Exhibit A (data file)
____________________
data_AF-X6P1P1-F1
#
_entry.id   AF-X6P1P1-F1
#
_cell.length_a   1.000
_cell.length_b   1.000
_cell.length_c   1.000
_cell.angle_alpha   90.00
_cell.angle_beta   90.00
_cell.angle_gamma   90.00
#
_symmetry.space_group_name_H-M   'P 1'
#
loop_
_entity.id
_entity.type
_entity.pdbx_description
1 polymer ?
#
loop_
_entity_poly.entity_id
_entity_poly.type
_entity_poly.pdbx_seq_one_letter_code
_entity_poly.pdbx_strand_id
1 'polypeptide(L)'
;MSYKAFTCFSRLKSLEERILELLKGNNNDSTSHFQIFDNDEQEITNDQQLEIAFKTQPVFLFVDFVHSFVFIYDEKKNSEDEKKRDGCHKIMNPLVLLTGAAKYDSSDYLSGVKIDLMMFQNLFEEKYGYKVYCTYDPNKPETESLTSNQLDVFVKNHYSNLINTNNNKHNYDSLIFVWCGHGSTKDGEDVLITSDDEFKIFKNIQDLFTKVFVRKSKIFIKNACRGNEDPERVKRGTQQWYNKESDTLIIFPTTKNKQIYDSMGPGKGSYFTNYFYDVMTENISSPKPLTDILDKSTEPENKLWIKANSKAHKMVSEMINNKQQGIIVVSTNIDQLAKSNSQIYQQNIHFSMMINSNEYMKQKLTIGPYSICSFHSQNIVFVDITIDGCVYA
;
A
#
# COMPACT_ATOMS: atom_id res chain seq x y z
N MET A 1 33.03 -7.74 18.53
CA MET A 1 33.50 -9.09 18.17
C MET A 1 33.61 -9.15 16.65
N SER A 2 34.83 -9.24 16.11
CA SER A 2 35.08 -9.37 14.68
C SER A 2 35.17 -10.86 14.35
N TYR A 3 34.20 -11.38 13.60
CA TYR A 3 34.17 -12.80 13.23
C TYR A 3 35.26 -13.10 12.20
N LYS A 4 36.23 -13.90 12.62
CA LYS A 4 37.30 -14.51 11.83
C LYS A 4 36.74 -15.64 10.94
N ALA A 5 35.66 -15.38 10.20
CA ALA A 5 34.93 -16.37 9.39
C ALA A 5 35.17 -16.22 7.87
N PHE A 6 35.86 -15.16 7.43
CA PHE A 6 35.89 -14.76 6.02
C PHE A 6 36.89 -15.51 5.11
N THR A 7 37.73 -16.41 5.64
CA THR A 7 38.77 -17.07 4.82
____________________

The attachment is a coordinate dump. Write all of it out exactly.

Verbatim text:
data_AF-X6P1P1-F1
#
_entry.id   AF-X6P1P1-F1
#
_cell.length_a   1.000
_cell.length_b   1.000
_cell.length_c   1.000
_cell.angle_alpha   90.00
_cell.angle_beta   90.00
_cell.angle_gamma   90.00
#
_symmetry.space_group_name_H-M   'P 1'
#
loop_
_entity.id
_entity.type
_entity.pdbx_description
1 polymer ?
#
loop_
_entity_poly.entity_id
_entity_poly.type
_entity_poly.pdbx_seq_one_letter_code
_entity_poly.pdbx_strand_id
1 'polypeptide(L)'
;MSYKAFTCFSRLKSLEERILELLKGNNNDSTSHFQIFDNDEQEITNDQQLEIAFKTQPVFLFVDFVHSFVFIYDEKKNSEDEKKRDGCHKIMNPLVLLTGAAKYDSSDYLSGVKIDLMMFQNLFEEKYGYKVYCTYDPNKPETESLTSNQLDVFVKNHYSNLINTNNNKHNYDSLIFVWCGHGSTKDGEDVLITSDDEFKIFKNIQDLFTKVFVRKSKIFIKNACRGNEDPERVKRGTQQWYNKESDTLIIFPTTKNKQIYDSMGPGKGSYFTNYFYDVMTENISSPKPLTDILDKSTEPENKLWIKANSKAHKMVSEMINNKQQGIIVVSTNIDQLAKSNSQIYQQNIHFSMMINSNEYMKQKLTIGPYSICSFHSQNIVFVDITIDGCVYA
;
A
#
# COMPACT_ATOMS: atom_id res chain seq x y z
N MET A 1 33.03 -7.74 18.53
CA MET A 1 33.50 -9.09 18.17
C MET A 1 33.61 -9.15 16.65
N SER A 2 34.83 -9.24 16.11
CA SER A 2 35.08 -9.37 14.68
C SER A 2 35.17 -10.86 14.35
N TYR A 3 34.20 -11.38 13.60
CA TYR A 3 34.17 -12.80 13.23
C TYR A 3 35.26 -13.10 12.20
N LYS A 4 36.23 -13.90 12.62
CA LYS A 4 37.30 -14.51 11.83
C LYS A 4 36.74 -15.64 10.94
N ALA A 5 35.66 -15.38 10.20
CA ALA A 5 34.93 -16.37 9.39
C ALA A 5 35.17 -16.22 7.87
N PHE A 6 35.86 -15.16 7.43
CA PHE A 6 35.89 -14.76 6.02
C PHE A 6 36.89 -15.51 5.11
N THR A 7 37.73 -16.41 5.64
CA THR A 7 38.77 -17.07 4.82